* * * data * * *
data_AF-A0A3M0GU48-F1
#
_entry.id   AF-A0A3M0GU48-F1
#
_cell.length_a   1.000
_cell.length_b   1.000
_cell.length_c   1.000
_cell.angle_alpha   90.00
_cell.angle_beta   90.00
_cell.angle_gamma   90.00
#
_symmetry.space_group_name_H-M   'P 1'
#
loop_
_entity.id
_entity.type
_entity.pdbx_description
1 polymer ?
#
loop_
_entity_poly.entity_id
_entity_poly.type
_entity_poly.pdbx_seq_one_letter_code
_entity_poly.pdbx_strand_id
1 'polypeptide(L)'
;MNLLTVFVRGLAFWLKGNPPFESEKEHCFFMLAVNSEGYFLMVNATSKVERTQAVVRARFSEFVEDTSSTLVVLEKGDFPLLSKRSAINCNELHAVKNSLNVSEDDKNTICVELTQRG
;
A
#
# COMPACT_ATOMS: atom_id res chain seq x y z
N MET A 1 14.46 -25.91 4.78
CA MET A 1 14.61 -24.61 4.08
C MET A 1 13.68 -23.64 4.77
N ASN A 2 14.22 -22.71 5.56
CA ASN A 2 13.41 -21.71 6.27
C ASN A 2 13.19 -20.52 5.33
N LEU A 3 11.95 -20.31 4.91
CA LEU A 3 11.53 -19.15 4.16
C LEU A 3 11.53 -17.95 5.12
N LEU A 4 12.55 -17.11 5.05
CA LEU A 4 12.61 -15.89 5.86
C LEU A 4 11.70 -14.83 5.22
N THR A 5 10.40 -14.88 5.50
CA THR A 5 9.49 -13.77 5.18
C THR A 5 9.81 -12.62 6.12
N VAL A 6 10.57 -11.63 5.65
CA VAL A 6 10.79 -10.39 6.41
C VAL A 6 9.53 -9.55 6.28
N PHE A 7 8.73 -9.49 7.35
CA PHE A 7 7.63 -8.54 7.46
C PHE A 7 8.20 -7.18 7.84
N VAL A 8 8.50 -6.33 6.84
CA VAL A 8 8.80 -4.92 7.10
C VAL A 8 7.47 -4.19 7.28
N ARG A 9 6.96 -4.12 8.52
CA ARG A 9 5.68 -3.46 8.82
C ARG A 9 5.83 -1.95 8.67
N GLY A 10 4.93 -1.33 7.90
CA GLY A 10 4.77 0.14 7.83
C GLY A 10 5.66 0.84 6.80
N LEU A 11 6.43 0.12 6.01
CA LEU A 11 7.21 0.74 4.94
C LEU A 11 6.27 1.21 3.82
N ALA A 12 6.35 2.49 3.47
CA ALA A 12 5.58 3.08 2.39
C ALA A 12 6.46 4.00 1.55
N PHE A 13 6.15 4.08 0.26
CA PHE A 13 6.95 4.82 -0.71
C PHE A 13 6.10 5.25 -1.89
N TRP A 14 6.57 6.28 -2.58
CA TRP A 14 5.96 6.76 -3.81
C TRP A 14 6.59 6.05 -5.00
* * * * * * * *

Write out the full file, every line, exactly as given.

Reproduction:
data_AF-A0A3M0GU48-F1
#
_entry.id   AF-A0A3M0GU48-F1
#
_cell.length_a   1.000
_cell.length_b   1.000
_cell.length_c   1.000
_cell.angle_alpha   90.00
_cell.angle_beta   90.00
_cell.angle_gamma   90.00
#
_symmetry.space_group_name_H-M   'P 1'
#
loop_
_entity.id
_entity.type
_entity.pdbx_description
1 polymer ?
#
loop_
_entity_poly.entity_id
_entity_poly.type
_entity_poly.pdbx_seq_one_letter_code
_entity_poly.pdbx_strand_id
1 'polypeptide(L)'
;MNLLTVFVRGLAFWLKGNPPFESEKEHCFFMLAVNSEGYFLMVNATSKVERTQAVVRARFSEFVEDTSSTLVVLEKGDFPLLSKRSAINCNELHAVKNSLNVSEDDKNTICVELTQRG
;
A
#
# COMPACT_ATOMS: atom_id res chain seq x y z
N MET A 1 14.46 -25.91 4.78
CA MET A 1 14.61 -24.61 4.08
C MET A 1 13.68 -23.64 4.77
N ASN A 2 14.22 -22.71 5.56
CA ASN A 2 13.41 -21.71 6.27
C ASN A 2 13.19 -20.52 5.33
N LEU A 3 11.95 -20.31 4.91
CA LEU A 3 11.53 -19.15 4.16
C LEU A 3 11.53 -17.95 5.12
N LEU A 4 12.55 -17.11 5.05
CA LEU A 4 12.61 -15.89 5.86
C LEU A 4 11.70 -14.83 5.22
N THR A 5 10.40 -14.88 5.50
CA THR A 5 9.49 -13.77 5.18
C THR A 5 9.81 -12.62 6.12
N VAL A 6 10.57 -11.63 5.65
CA VAL A 6 10.79 -10.39 6.41
C VAL A 6 9.53 -9.55 6.28
N PHE A 7 8.73 -9.49 7.35
CA PHE A 7 7.63 -8.54 7.46
C PHE A 7 8.20 -7.18 7.84
N VAL A 8 8.50 -6.33 6.84
CA VAL A 8 8.80 -4.92 7.10
C VAL A 8 7.47 -4.19 7.28
N ARG A 9 6.96 -4.12 8.52
CA ARG A 9 5.68 -3.46 8.82
C ARG A 9 5.83 -1.95 8.67
N GLY A 10 4.93 -1.33 7.90
CA GLY A 10 4.77 0.14 7.83
C GLY A 10 5.66 0.84 6.80
N LEU A 11 6.43 0.12 6.01
CA LEU A 11 7.21 0.74 4.94
C LEU A 11 6.27 1.21 3.82
N ALA A 12 6.35 2.49 3.47
CA ALA A 12 5.58 3.08 2.39
C ALA A 12 6.46 4.00 1.55
N PHE A 13 6.15 4.08 0.26
CA PHE A 13 6.95 4.82 -0.71
C PHE A 13 6.10 5.25 -1.89
N TRP A 14 6.57 6.28 -2.58
CA TRP A 14 5.96 6.76 -3.81
C TRP A 14 6.59 6.05 -5.00